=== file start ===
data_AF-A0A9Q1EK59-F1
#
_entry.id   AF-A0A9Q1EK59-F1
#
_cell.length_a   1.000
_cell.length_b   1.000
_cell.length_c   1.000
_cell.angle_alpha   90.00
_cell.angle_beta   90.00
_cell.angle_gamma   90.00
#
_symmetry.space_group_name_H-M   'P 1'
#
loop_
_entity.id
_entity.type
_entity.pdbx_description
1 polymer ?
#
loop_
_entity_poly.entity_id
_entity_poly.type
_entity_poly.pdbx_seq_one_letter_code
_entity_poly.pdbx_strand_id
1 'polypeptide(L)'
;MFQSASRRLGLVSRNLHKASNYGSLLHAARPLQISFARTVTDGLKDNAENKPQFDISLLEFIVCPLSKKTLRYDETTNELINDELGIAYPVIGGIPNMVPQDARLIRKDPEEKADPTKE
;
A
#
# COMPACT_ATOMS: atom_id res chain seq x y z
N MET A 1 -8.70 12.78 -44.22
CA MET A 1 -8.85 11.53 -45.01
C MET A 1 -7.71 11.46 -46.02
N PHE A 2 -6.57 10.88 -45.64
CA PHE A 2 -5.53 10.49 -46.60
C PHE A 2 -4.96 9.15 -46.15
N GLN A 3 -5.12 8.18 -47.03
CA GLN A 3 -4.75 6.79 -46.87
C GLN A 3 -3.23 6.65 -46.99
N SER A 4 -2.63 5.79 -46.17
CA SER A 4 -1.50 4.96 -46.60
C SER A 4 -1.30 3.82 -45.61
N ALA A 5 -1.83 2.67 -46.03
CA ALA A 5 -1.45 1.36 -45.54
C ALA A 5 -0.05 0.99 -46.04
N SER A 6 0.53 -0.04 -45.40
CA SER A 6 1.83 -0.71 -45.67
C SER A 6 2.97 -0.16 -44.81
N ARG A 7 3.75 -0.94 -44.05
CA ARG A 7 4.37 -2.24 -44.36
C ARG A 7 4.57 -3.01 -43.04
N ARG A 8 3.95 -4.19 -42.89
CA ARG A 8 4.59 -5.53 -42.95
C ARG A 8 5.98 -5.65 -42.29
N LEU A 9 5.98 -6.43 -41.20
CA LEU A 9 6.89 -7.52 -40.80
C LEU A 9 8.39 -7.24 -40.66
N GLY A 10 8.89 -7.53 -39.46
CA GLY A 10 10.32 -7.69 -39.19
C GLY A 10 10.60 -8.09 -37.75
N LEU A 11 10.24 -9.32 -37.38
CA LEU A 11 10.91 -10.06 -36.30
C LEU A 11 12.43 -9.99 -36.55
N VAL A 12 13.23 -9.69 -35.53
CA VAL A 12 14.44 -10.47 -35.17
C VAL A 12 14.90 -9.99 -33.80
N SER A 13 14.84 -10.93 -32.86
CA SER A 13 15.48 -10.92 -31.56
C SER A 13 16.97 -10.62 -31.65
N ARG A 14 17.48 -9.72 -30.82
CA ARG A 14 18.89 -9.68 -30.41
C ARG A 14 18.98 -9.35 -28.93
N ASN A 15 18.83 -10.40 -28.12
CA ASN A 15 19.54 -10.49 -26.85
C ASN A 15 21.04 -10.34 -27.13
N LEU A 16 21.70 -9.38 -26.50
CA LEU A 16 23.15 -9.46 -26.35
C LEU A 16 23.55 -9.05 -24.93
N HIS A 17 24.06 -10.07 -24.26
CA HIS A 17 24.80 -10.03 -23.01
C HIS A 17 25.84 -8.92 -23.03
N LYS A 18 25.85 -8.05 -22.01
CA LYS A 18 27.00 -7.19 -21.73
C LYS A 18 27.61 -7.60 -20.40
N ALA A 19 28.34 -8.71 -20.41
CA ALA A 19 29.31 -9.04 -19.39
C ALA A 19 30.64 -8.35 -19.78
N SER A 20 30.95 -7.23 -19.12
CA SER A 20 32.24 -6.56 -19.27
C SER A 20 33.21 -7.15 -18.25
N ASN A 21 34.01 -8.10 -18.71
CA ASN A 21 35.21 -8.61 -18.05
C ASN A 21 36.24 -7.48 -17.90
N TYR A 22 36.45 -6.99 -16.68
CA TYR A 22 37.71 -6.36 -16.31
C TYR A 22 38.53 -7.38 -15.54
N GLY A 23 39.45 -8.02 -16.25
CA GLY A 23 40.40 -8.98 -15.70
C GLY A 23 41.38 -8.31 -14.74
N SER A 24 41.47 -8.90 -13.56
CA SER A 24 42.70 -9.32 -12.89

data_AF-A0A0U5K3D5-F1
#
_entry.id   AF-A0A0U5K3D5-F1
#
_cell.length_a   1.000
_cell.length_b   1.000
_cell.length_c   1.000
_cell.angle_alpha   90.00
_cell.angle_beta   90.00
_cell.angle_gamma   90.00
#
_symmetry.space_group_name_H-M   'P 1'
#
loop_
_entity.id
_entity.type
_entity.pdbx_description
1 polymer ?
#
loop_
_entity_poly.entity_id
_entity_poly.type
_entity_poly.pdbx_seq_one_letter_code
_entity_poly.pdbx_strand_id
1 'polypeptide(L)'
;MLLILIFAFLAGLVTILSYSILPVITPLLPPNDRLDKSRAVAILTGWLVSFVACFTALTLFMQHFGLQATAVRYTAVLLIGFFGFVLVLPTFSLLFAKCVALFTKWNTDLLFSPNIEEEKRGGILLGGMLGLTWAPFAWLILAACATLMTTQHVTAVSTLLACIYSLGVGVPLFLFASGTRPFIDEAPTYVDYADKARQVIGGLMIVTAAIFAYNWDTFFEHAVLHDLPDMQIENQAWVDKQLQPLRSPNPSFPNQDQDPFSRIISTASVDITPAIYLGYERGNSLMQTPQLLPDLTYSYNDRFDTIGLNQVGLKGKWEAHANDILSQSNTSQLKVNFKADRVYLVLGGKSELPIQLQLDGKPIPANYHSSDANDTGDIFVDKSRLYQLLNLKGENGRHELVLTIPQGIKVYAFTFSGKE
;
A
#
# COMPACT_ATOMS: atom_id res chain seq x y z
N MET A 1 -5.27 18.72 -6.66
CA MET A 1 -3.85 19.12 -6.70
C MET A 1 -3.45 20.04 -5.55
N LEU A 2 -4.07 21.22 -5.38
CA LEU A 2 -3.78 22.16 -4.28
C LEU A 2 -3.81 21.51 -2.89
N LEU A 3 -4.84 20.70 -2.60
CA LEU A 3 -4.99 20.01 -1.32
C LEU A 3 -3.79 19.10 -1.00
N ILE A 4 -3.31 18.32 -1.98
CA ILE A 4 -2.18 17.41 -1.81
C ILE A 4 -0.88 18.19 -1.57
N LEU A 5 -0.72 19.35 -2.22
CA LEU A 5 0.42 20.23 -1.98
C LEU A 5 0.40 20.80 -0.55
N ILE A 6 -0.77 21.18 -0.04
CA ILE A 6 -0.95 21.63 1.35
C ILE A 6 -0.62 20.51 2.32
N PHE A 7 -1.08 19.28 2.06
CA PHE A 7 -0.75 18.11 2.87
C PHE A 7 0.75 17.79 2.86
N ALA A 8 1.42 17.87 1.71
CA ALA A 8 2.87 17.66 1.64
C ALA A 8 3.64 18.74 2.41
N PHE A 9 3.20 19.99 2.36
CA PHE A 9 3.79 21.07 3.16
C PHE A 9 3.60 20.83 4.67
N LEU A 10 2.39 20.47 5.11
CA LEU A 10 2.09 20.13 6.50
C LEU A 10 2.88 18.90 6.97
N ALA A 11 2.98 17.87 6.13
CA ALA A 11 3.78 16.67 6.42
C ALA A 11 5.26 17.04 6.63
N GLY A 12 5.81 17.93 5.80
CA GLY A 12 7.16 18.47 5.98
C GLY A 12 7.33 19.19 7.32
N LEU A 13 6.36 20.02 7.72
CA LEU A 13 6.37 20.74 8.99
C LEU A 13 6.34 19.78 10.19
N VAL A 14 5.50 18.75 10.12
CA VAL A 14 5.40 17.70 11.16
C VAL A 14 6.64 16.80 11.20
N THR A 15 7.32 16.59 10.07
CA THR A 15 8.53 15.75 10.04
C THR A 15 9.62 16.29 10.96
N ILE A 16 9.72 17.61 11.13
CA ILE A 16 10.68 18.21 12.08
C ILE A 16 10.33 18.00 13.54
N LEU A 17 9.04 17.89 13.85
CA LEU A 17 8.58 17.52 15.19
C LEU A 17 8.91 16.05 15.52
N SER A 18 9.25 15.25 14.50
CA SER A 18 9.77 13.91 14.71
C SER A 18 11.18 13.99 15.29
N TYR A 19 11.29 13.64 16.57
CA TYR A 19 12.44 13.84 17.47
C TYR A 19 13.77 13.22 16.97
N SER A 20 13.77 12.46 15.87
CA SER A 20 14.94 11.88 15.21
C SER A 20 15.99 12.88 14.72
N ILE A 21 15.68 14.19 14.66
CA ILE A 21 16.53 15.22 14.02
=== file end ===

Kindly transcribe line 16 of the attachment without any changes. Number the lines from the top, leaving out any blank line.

_entity.type